Frank's travels around Britain 2007.
I'm lying a little, I was around the general Sussex area. Although TV made a right fuss about the weather, by dodging around and heading south, it was a really nice trip.
I got an extra day & travelled down in mixed but pleasant weather and was amazed to learn on the news that the murder of a Hells Angel on the M40 had happened. I must have passed the spot earlier. The motorway was closed for a couple of days, causing chaos, that was my first bit of luck. On Monday, the TV programs were predicting a weather disaster. I remembered the Dorking trip & the prediction that the world would come to a standstill with snow! OK, they were right about the rain. It was persistent drizzle during the day (my Mum used to say it was the kind that wet you through) but the gale winds, floods & the general mayhem just weren't there. In fact the wind was lovely & warm but nowhere near the gale they predicted. There were people lined up on telly, in the Tuesday evening, all saying that the entire summer was a disaster & English weather was worse than Iceland. It just wasn't true. There were some very pleasant days apart from the Tuesday. My other trips this year have been a joy! It was only the trip around Hever that was wet. Seven breaks & only one that was damp. Some bad weather that was! I realise I'm a fully paid up member of the Moaning Old Men brigade now, but TV does seem to thrive on exaggeration and paints a picture with the kneb of it's cap!
I got a huge surprise on Monday by getting a call to meet my son (down on a business trip to Brighton) and to get a decent meal bought me in the evening. He had been caught in the diversions away from the M40 (and his return journey, via the M25, was even worse). I was heading towards Kent when I heard, so I changed direction & wandered around the Haywards Heath area, covering all the small B roads & looking at the tiny villages, not too far away from both our lodges. I wanted to find water, (I like to photograph reflections at the moment, no idea why.) so I found the Ardingly reservoir on the map. It took ages to follow the signs from the village. It was then I found out you couldn't get in the car park, over a huge metal barrier, without a £1 coin. These things always come up just when you haven't got the coin & there's no one around who has change either! No sweat! Nearby there was the Ardingly college big pond (or small lake). A little gem hidden away from normal view. I bet the fishing was good there too. There were just moor hens and fish rising. Hardly a sound of man. Only a tractor a long way off, the wind rustling & birds calling in the dense trees.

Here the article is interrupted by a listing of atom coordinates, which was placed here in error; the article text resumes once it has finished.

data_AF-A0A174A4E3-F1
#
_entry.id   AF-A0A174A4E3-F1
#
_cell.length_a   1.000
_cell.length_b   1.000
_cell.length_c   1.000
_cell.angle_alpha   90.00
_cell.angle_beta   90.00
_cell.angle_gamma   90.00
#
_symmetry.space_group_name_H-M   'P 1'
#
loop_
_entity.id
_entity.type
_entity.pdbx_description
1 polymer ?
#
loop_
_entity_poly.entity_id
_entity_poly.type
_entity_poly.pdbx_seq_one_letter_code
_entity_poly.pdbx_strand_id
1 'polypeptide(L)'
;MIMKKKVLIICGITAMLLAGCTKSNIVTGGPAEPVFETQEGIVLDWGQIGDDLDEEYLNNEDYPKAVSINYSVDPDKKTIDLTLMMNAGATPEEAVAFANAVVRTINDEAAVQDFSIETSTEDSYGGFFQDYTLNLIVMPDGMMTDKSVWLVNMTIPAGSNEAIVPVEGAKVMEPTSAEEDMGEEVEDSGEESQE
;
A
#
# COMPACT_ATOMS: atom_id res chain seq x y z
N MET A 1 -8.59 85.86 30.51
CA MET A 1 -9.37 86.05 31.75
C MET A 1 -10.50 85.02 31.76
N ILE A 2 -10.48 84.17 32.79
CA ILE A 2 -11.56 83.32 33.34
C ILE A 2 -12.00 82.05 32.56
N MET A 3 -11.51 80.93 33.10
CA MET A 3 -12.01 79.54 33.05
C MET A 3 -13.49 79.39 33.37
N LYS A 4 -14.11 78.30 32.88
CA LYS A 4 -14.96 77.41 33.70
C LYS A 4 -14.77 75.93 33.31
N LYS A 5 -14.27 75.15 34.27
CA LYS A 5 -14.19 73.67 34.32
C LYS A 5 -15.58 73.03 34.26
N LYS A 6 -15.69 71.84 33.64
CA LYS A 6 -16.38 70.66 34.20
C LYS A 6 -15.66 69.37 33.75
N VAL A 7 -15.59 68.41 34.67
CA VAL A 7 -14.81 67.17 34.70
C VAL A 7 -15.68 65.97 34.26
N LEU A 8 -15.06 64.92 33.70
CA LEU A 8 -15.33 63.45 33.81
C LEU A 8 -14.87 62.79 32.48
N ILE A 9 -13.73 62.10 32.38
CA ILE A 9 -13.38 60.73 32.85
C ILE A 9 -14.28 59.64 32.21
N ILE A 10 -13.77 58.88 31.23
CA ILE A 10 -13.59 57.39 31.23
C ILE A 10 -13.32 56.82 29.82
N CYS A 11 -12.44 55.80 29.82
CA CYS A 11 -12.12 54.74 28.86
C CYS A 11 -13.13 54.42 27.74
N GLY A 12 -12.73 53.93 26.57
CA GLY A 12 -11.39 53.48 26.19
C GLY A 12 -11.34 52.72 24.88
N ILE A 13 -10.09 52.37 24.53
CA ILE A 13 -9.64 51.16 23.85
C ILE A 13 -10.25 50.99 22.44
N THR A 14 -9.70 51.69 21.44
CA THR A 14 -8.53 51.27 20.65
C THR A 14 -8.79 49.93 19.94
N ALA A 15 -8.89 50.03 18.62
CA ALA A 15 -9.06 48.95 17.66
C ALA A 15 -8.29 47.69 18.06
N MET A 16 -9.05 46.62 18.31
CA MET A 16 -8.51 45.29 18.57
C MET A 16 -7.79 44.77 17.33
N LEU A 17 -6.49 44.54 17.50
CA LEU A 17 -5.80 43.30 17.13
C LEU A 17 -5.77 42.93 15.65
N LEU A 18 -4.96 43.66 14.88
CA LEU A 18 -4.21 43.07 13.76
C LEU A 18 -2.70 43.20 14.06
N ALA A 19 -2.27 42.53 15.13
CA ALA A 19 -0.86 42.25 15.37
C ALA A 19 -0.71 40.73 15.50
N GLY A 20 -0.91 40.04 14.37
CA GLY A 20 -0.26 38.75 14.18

There are lovely things to discover on the back roads of England! It is a wise man who said, "You can't possibly get lost, if you don't know where your going"
I saw a pub called the "Smith & Western" on one road, outside was a display of a tepee, a totem pole & a small covered wagon. (I guess the pilgrims travelling out west must have got on with this particular tribe!) I guess it was a fair enough play on words with the wild west & Smith & Wesson revolvers! Maybe the owner was like me & had seen too many cowboy films. (Sorry, Westerns!)